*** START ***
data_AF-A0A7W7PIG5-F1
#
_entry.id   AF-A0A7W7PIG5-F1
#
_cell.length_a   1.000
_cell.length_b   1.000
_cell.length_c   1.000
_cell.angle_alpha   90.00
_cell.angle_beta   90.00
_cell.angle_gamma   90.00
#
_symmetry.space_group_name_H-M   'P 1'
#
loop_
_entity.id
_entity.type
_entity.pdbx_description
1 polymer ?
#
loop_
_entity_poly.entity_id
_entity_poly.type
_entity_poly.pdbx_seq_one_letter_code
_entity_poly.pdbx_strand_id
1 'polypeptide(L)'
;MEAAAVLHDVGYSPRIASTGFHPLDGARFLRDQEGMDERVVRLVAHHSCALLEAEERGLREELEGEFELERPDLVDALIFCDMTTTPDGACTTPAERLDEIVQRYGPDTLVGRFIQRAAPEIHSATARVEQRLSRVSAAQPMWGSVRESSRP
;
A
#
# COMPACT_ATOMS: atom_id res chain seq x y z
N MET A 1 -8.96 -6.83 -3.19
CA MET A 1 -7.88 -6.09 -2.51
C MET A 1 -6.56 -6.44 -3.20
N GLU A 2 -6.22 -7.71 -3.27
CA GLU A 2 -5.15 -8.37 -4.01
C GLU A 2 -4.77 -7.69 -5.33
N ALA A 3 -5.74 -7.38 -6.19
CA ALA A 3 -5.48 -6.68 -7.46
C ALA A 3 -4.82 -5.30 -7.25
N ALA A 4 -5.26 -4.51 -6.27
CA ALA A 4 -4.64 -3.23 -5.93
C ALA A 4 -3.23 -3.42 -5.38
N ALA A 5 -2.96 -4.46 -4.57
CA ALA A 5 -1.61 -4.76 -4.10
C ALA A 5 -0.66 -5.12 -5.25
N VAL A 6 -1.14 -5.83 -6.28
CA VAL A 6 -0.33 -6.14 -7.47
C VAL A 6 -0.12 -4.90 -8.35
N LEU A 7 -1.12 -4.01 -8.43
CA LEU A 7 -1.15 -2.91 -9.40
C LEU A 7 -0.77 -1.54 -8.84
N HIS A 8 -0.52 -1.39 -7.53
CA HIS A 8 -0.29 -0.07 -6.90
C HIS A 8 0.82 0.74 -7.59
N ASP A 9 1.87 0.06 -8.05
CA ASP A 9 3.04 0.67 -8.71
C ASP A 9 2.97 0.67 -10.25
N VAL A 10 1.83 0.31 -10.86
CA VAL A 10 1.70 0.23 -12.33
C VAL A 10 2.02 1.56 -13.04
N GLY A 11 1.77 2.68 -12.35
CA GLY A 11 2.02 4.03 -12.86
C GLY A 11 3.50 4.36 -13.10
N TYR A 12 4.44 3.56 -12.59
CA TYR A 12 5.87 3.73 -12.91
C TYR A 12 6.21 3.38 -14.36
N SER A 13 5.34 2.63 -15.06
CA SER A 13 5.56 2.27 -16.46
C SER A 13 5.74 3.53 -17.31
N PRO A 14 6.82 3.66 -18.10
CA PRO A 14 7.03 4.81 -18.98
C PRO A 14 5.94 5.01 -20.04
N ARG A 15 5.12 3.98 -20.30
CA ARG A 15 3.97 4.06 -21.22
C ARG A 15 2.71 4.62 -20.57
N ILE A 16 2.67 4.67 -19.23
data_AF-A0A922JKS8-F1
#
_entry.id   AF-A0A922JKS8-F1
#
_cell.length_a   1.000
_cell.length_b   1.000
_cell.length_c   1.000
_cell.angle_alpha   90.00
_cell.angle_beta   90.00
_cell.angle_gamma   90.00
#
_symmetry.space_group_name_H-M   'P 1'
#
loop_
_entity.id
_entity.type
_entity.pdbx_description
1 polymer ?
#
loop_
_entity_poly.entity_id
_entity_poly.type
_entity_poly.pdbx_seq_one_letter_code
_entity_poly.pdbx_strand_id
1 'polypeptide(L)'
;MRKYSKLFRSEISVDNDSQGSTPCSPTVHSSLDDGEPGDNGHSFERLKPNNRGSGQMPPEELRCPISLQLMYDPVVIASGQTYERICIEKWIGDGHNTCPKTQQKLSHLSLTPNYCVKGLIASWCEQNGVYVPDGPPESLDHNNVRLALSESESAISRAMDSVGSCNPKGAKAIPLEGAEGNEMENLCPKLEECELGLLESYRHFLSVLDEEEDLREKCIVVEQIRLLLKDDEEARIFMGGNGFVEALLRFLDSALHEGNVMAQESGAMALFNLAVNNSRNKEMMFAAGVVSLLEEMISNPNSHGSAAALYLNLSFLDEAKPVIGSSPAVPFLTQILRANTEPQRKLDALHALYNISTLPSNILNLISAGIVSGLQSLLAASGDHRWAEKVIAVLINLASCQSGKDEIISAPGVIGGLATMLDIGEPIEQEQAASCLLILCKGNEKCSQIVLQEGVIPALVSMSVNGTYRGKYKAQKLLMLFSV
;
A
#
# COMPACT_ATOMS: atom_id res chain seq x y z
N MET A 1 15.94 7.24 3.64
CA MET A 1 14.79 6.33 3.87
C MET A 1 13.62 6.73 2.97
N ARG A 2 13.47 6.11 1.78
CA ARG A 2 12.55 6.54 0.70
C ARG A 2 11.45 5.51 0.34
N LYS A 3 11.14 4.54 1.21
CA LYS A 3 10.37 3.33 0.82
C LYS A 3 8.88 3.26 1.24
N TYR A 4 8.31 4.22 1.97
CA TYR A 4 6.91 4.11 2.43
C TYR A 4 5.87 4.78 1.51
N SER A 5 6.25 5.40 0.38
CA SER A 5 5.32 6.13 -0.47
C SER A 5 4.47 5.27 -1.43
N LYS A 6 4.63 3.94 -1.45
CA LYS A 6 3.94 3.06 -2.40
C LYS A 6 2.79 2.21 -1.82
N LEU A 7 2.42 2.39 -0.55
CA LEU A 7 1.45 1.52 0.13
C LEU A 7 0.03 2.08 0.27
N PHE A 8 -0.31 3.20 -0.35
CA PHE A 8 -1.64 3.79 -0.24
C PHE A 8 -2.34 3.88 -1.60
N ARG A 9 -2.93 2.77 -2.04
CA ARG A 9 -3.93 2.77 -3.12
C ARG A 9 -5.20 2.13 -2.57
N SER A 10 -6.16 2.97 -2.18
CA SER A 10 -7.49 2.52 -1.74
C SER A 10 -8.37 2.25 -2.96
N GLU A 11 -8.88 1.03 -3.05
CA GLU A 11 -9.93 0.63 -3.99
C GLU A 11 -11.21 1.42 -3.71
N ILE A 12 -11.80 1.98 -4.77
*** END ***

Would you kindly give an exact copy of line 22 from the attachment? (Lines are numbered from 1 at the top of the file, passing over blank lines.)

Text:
_entity_poly.type